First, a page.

Dear Richard Linklater:
I am writing to you concerning your movie “Boyhood.” I had to confess that I missed it the first time it came out. I could blame San Diego Comic-Con but that would not be totally true. Being that what I know about boyhood is directly related to my experiences in sisterhood, and I barely speak with my brother at all, I thought it would be all too dreary. And yet, weeks after viewing it I have Mindy on my mind. “Boyhood” is a good name, but your movie is also about fatherhood and motherhood and even sisterhood.
Indeed, you did have a sister in the movie and at first, I wished that the movie had been about her. The boy, Mason (Ellar Coltrane), in “Boyhood” was a bit of a slug and she (Lorelei Linklater) was much more outgoing, smarter and not too sweet. And yet, eventually, I did come to like the boy and his observant ways.
Just before I saw the movie, I had been discussing “The Imitation Game” with my husband. That was a movie he wanted to see, but we were both disappointed. As someone who is familiar with geniuses and even scientific geniuses and scientific research which is predominately collaborative in nature, we found that slighting other geniuses to make one shine brighter was misleading and made poor Alan Turing more Sherlockian than human. As a biopic, the movie thus failed to present the man. My husband queried me that if writers decides to avoid writing a story without conflict, how will the writers make it interesting. My example at the time was Vanessa Redgrave in the 1997 movie “Mrs. Dalloway.”
That was a decidedly British story based on Virginia Woolf’s novels. The themes might veer dangerously into that now much maligned and almost dirty word, feminism. Could character development and womanly introspection be the reason conflict as in the one upmanship and the butting of heads and egos isn’t necessary.
I dragged my husband to see your movie and luckily, he did enjoy. We agreed that instead of forcing conflict between the characters, making contrivances between sister and brother, step-siblings, your movie built and developed nuanced characters. I felt that I knew the characters better though they were fictional, than I knew the real characters of the biopic “The Imitation Game.”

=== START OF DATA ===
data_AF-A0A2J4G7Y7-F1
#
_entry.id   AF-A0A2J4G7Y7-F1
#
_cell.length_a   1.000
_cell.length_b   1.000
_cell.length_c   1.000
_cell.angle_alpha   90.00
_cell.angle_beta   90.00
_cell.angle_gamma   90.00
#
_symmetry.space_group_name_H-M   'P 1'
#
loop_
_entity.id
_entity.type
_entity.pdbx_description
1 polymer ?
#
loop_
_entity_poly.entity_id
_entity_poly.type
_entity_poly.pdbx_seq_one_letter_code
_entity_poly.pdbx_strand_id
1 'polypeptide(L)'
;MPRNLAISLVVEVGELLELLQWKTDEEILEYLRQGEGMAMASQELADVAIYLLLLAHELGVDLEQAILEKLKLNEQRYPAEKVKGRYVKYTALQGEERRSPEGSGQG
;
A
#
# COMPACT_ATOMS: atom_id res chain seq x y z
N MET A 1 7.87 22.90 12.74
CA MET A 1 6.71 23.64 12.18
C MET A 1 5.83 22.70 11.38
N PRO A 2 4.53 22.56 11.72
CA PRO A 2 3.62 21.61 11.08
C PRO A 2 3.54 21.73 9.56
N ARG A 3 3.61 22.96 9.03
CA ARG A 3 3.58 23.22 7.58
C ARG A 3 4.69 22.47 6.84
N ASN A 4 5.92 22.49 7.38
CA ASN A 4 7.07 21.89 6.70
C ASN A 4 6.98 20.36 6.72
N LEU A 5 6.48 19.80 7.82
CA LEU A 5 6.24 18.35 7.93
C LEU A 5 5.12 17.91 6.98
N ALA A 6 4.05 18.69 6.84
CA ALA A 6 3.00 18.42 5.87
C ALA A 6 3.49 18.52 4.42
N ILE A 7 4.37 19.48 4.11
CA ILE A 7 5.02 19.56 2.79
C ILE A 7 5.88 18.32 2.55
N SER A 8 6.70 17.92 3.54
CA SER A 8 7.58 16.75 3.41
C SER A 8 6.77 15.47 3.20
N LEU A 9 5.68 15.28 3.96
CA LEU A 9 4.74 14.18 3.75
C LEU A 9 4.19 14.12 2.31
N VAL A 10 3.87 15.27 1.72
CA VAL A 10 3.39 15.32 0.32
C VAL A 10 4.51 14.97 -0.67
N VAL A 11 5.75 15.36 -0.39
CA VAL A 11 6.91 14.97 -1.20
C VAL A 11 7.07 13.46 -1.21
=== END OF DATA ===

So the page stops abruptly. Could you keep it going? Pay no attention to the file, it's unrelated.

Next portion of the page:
After seeing it I thought this movie should be shown to every child at different ages, at least, as soon as they begin shooting videos. Every parent should be asked to watch this movie to consider how little gestures tell children volumes and that even if happily-ever-after doesn’t mean your mother and father together, that doesn’t mean they have to be apart and that you have to choose between the two.
We can only hope that our home movie compilations will be subtly influenced by your film, that we can watch for the little gesture that express so much and avoid pandering to the sensationalistic. You made us remember that the beauty and interest is in the journey, the development and evolution of a person.
As a woman, I appreciated the development of Patricia Arquette’s Olivia, that she is a strong, intelligent woman doing her best. Ethan Hawke’s Mason Sr. starts at a slacker and yet we see he was just slow to mature. Mason and Olivia are two people with lives on different schedules.
I hoped that she would have happiness with her professor Bill (Marco Perella) and yet there’s always an ethical problem with a professor dating his student and yet we see that pattern repeat itself with Jim (Brad Hawkins).
Thank you for giving us a brave and believable woman character in Arquette’s Olivia and for giving Arquette a role on the big screen that she well deserves. Thank you for presenting us kids who aren’t too precocious, too smart or too sweet.
One thing we did wish at the end. We wondered what happened to Mindy (Jamie Howard) and Randy (Andrew Villarreal), the children of Olivia’s second husband, Bill Welbrock. Will there be a follow-up to “Boyhood”? If so, I hope Mason will meet Mindy and Randy again. If not, I still look forward to your next endeavor.
P.S. I loved the soundtrack and it made me remember how much fun I had visiting Austin and dancing tango.